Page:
Adam Levine of Maroon 5 performs during halftime of the NFL Super Bowl 53. (AP Photo/Mark Humphrey)

Super Bowl ads played it safe, but we can still challenge toxic masculinity

An ad by a beer company was sweet but didn’t challenge any social norms


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Dillon Thomas Browne
February 6, 2019 9:00AM (UTC)
This piece originally appeared on The Conversation.

After the recent online commotion about the #MeToo Gillette ad and a previous spot by Nike inspired by Black Lives Matter I was looking forward to seeing what socially conscious ads the Super Bowl LIII would bring — perhaps even some others inspired by #MeToo.

However, the Super Bowl ads this year were a disappointment. There were mild social messages (one about eco-beer) but generally, they were boring.

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The Gillette ad bothered me before I even watched it. Still, it provided value in shaking up the conversations we have with each other. I’m not saying I liked the Gillette ad. I didn’t.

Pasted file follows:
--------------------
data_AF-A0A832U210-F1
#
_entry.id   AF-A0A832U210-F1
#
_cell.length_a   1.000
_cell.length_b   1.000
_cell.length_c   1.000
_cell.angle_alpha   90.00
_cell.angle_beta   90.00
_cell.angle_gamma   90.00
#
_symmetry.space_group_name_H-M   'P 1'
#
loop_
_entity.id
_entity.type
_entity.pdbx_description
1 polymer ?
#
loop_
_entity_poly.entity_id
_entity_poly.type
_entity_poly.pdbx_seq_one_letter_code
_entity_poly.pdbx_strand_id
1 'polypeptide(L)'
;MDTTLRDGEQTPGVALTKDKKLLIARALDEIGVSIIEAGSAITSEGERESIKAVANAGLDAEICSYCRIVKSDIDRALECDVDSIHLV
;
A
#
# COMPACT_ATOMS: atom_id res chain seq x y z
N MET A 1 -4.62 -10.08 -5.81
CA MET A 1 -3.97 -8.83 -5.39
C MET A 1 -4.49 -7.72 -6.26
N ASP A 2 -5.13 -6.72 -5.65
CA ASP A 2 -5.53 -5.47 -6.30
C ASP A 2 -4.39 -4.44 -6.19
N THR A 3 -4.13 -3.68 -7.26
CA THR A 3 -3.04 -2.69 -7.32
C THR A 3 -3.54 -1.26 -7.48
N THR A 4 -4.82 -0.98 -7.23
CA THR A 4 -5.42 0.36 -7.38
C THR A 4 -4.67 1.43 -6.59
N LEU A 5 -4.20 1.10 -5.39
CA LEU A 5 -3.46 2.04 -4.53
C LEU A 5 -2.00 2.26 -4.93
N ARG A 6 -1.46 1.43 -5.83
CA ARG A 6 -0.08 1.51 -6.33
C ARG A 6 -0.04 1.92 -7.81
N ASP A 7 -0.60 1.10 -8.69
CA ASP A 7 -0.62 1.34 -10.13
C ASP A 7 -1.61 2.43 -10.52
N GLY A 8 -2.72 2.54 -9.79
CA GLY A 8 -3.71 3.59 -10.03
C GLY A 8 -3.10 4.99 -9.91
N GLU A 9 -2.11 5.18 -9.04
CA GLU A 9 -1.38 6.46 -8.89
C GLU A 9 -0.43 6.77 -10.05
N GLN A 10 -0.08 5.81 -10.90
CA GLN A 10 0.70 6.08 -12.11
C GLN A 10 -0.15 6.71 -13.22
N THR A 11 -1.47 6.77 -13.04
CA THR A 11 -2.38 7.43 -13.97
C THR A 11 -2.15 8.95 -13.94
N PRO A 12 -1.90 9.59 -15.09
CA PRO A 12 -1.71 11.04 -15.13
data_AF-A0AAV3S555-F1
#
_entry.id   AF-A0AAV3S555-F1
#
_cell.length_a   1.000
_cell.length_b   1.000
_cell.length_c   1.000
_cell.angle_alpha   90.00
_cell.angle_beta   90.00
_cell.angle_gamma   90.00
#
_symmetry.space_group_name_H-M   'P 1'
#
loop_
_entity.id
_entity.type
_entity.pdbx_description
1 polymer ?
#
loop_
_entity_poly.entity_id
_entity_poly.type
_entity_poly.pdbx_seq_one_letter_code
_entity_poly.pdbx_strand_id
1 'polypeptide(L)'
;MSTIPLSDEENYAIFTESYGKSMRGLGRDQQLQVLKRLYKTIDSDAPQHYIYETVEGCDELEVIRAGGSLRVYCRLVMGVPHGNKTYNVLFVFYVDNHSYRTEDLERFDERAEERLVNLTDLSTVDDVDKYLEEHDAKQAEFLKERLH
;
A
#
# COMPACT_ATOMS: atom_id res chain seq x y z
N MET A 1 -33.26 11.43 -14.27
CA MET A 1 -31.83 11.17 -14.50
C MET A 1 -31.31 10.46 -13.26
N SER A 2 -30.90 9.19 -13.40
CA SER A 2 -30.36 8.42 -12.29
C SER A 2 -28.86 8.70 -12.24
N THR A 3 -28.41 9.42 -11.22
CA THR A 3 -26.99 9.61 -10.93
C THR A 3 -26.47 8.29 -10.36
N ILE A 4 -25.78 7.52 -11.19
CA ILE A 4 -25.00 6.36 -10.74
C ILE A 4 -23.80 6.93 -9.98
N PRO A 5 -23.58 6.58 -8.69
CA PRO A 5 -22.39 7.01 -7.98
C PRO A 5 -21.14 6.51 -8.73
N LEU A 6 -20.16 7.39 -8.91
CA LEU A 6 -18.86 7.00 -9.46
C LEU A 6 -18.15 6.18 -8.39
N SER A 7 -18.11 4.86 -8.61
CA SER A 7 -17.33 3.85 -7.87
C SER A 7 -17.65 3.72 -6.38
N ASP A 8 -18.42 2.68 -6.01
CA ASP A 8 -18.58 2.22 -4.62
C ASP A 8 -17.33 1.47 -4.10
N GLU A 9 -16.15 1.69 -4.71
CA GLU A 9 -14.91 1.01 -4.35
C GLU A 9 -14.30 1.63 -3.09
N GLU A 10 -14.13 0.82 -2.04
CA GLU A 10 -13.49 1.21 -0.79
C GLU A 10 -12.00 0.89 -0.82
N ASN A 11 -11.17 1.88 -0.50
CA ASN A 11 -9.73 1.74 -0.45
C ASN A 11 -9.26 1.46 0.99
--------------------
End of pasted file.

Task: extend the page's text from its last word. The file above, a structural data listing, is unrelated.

It is yet another socially conscious ad trying to get attention by pointing out the obvious: guys aren’t socialized to do emotions.

I am an assistant professor of psychology and a mental health professional for children. I do psychotherapy with kids and families. I don’t need Proctor & Gamble to tell me that guys don’t do emotions. I see it every day. I am generalizing, but I do so based on much research and mountains of theory that cut across evolutionary biology, psychology, sociology and the humanities.

Also, I was a boy that got beaten up. Once, I got stomped by a group of older boys to the point of hospitalization by ambulance. I was rendered unconscious with head trauma. I didn’t learn to talk about how I felt and so I, like many others, developed unhealthy coping strategies. Research and traditional wisdom tells us that “hurt people hurt people.” I mistreated others, including other boys. I chose smaller kids. This is one of my deepest regrets in life.